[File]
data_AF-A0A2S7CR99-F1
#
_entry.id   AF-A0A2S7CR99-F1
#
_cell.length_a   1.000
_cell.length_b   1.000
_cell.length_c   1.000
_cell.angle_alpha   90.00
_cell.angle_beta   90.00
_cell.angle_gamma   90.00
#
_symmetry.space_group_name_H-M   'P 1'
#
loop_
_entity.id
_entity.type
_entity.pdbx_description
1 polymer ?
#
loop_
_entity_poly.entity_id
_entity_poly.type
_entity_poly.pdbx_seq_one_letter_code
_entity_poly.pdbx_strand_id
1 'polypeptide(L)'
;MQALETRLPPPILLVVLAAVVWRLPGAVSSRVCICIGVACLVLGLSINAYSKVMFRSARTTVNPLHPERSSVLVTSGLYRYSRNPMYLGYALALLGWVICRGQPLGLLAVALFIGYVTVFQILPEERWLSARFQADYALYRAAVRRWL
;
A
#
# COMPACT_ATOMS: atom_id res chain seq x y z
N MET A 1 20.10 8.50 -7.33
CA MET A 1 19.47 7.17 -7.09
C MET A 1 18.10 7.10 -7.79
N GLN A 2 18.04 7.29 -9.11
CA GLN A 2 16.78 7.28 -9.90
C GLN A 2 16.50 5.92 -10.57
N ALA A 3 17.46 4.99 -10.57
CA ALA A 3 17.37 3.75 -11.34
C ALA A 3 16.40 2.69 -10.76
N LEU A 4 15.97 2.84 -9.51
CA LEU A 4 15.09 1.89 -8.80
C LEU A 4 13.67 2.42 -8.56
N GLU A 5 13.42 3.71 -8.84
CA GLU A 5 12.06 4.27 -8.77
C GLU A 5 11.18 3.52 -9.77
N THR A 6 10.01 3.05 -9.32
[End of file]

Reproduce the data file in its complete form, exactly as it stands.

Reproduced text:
data_AF-A0A2S7CR99-F1
#
_entry.id   AF-A0A2S7CR99-F1
#
_cell.length_a   1.000
_cell.length_b   1.000
_cell.length_c   1.000
_cell.angle_alpha   90.00
_cell.angle_beta   90.00
_cell.angle_gamma   90.00
#
_symmetry.space_group_name_H-M   'P 1'
#
loop_
_entity.id
_entity.type
_entity.pdbx_description
1 polymer ?
#
loop_
_entity_poly.entity_id
_entity_poly.type
_entity_poly.pdbx_seq_one_letter_code
_entity_poly.pdbx_strand_id
1 'polypeptide(L)'
;MQALETRLPPPILLVVLAAVVWRLPGAVSSRVCICIGVACLVLGLSINAYSKVMFRSARTTVNPLHPERSSVLVTSGLYRYSRNPMYLGYALALLGWVICRGQPLGLLAVALFIGYVTVFQILPEERWLSARFQADYALYRAAVRRWL
;
A
#
# COMPACT_ATOMS: atom_id res chain seq x y z
N MET A 1 20.10 8.50 -7.33
CA MET A 1 19.47 7.17 -7.09
C MET A 1 18.10 7.10 -7.79
N GLN A 2 18.04 7.29 -9.11
CA GLN A 2 16.78 7.28 -9.90
C GLN A 2 16.50 5.92 -10.57
N ALA A 3 17.46 4.99 -10.57
CA ALA A 3 17.37 3.75 -11.34
C ALA A 3 16.40 2.69 -10.76
N LEU A 4 15.97 2.84 -9.51
CA LEU A 4 15.09 1.89 -8.80
C LEU A 4 13.67 2.42 -8.56
N GLU A 5 13.42 3.71 -8.84
CA GLU A 5 12.06 4.27 -8.77
C GLU A 5 11.18 3.52 -9.77
N THR A 6 10.01 3.05 -9.32